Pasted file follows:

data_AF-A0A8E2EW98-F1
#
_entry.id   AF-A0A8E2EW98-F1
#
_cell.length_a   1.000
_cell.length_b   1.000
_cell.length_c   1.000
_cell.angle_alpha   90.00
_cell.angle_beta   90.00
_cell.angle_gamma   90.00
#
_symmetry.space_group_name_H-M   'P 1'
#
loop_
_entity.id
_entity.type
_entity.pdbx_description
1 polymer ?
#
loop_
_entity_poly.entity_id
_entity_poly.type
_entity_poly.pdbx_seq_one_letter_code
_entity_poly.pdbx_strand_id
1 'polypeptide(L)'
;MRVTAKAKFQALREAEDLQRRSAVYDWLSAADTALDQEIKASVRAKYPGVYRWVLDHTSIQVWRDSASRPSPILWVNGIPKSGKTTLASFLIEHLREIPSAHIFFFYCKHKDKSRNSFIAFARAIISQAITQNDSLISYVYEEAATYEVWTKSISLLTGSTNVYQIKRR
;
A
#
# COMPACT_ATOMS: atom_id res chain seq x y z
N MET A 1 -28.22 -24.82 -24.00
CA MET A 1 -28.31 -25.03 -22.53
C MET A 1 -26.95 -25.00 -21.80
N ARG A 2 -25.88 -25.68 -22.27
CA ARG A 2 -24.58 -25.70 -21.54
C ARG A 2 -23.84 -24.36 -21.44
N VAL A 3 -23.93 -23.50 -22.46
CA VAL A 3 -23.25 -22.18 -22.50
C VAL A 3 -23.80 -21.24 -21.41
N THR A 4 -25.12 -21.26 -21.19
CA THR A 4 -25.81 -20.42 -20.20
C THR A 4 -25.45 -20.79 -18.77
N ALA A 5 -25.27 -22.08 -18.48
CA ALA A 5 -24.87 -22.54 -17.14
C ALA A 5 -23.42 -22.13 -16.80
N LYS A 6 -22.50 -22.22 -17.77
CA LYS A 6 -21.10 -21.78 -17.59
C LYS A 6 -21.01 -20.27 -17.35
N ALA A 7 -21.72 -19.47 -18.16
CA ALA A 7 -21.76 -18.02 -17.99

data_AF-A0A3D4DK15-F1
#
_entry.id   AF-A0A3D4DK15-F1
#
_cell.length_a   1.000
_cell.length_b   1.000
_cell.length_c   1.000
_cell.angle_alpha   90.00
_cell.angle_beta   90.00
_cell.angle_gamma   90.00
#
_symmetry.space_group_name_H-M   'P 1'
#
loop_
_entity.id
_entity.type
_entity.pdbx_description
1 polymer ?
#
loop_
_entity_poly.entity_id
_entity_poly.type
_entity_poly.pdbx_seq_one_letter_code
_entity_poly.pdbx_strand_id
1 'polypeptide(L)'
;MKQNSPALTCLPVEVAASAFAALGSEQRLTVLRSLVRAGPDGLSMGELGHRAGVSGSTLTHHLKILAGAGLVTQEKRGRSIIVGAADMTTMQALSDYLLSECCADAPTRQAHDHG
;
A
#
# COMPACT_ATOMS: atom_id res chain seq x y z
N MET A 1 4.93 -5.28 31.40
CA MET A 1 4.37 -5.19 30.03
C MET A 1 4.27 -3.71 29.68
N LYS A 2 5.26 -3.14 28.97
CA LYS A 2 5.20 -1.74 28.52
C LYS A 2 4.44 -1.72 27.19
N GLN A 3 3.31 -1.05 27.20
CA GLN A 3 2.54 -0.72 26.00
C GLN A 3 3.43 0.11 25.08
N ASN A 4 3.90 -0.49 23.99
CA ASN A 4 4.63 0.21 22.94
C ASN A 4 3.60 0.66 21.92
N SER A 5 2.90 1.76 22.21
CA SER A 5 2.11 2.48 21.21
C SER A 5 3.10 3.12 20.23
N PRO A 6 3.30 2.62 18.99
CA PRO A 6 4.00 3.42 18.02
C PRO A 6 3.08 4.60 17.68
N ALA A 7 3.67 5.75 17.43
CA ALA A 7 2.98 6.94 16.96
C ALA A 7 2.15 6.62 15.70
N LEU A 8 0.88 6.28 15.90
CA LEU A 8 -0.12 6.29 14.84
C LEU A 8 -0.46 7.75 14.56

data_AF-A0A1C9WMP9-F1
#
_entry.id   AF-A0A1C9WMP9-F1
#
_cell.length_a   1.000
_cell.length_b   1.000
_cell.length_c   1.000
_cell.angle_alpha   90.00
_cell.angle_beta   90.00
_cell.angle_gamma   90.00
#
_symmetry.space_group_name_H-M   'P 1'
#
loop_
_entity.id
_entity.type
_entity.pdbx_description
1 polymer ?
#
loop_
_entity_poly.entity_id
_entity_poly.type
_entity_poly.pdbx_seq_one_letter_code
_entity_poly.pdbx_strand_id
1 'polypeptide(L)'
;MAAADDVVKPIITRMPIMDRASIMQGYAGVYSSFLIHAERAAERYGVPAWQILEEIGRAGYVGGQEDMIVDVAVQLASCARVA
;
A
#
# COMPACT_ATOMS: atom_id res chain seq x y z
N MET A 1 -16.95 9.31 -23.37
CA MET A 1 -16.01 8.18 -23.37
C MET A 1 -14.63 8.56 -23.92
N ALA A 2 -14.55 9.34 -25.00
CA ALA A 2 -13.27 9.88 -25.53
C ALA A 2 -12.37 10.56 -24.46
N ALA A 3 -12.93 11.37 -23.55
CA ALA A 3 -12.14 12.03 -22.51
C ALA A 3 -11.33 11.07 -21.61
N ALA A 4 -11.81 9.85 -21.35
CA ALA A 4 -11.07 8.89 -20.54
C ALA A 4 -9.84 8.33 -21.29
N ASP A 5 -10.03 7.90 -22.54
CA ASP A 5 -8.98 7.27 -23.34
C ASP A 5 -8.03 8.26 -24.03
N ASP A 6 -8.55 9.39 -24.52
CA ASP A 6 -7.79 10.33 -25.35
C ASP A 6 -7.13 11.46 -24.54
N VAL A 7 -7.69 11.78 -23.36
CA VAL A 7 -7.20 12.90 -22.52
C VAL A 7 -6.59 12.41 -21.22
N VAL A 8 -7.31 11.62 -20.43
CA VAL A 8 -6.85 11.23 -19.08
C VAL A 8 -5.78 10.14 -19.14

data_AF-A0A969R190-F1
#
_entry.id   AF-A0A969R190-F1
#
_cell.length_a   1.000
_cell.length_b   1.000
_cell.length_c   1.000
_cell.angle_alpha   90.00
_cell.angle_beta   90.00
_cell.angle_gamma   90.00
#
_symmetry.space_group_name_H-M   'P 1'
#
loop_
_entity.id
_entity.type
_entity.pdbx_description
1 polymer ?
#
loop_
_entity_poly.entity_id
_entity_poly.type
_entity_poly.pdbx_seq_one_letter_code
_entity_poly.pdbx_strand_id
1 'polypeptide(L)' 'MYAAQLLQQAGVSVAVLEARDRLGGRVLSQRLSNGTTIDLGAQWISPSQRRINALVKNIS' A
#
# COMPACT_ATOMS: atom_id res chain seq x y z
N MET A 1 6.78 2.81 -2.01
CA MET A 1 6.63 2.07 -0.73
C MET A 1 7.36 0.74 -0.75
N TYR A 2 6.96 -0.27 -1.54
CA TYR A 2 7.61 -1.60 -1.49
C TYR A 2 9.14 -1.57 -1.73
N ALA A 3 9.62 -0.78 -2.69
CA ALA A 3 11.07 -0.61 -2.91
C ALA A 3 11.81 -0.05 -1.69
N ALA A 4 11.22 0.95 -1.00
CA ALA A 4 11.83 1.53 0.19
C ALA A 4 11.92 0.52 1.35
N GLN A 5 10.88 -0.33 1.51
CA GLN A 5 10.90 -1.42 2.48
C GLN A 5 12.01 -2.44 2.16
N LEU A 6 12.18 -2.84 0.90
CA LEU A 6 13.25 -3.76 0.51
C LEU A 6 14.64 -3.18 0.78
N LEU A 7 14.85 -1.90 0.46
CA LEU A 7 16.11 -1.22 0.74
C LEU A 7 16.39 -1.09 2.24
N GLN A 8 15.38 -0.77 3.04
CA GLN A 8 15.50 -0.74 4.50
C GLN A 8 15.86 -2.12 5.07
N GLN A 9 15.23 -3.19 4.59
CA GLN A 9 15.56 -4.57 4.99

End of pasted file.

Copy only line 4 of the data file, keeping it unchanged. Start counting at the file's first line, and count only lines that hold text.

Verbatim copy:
#